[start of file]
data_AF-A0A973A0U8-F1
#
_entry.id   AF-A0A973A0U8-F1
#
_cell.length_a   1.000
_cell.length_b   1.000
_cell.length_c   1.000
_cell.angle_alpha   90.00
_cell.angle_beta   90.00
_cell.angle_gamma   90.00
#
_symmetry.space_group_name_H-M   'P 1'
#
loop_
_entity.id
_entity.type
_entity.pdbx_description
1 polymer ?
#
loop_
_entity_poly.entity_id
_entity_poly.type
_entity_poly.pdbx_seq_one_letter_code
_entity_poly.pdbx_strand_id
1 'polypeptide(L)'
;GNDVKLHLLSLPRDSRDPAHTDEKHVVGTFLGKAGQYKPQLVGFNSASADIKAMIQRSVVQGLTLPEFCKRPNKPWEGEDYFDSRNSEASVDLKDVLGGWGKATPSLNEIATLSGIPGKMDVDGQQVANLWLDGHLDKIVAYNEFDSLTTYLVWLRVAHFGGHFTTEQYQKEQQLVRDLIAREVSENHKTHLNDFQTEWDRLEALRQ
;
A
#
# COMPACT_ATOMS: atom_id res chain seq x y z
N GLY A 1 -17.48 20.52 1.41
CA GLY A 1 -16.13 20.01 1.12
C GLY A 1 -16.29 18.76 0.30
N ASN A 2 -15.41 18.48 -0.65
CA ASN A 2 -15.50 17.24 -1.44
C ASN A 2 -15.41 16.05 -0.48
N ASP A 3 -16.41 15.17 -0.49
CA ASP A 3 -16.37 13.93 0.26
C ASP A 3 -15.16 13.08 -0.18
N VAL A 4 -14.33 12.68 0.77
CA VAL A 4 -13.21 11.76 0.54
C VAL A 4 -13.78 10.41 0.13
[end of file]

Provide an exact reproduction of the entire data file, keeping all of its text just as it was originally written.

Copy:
data_AF-A0A973A0U8-F1
#
_entry.id   AF-A0A973A0U8-F1
#
_cell.length_a   1.000
_cell.length_b   1.000
_cell.length_c   1.000
_cell.angle_alpha   90.00
_cell.angle_beta   90.00
_cell.angle_gamma   90.00
#
_symmetry.space_group_name_H-M   'P 1'
#
loop_
_entity.id
_entity.type
_entity.pdbx_description
1 polymer ?
#
loop_
_entity_poly.entity_id
_entity_poly.type
_entity_poly.pdbx_seq_one_letter_code
_entity_poly.pdbx_strand_id
1 'polypeptide(L)'
;GNDVKLHLLSLPRDSRDPAHTDEKHVVGTFLGKAGQYKPQLVGFNSASADIKAMIQRSVVQGLTLPEFCKRPNKPWEGEDYFDSRNSEASVDLKDVLGGWGKATPSLNEIATLSGIPGKMDVDGQQVANLWLDGHLDKIVAYNEFDSLTTYLVWLRVAHFGGHFTTEQYQKEQQLVRDLIAREVSENHKTHLNDFQTEWDRLEALRQ
;
A
#
# COMPACT_ATOMS: atom_id res chain seq x y z
N GLY A 1 -17.48 20.52 1.41
CA GLY A 1 -16.13 20.01 1.12
C GLY A 1 -16.29 18.76 0.30
N ASN A 2 -15.41 18.48 -0.65
CA ASN A 2 -15.50 17.24 -1.44
C ASN A 2 -15.41 16.05 -0.48
N ASP A 3 -16.41 15.17 -0.49
CA ASP A 3 -16.37 13.93 0.26
C ASP A 3 -15.16 13.08 -0.18
N VAL A 4 -14.33 12.68 0.77
CA VAL A 4 -13.21 11.76 0.54
C VAL A 4 -13.78 10.41 0.13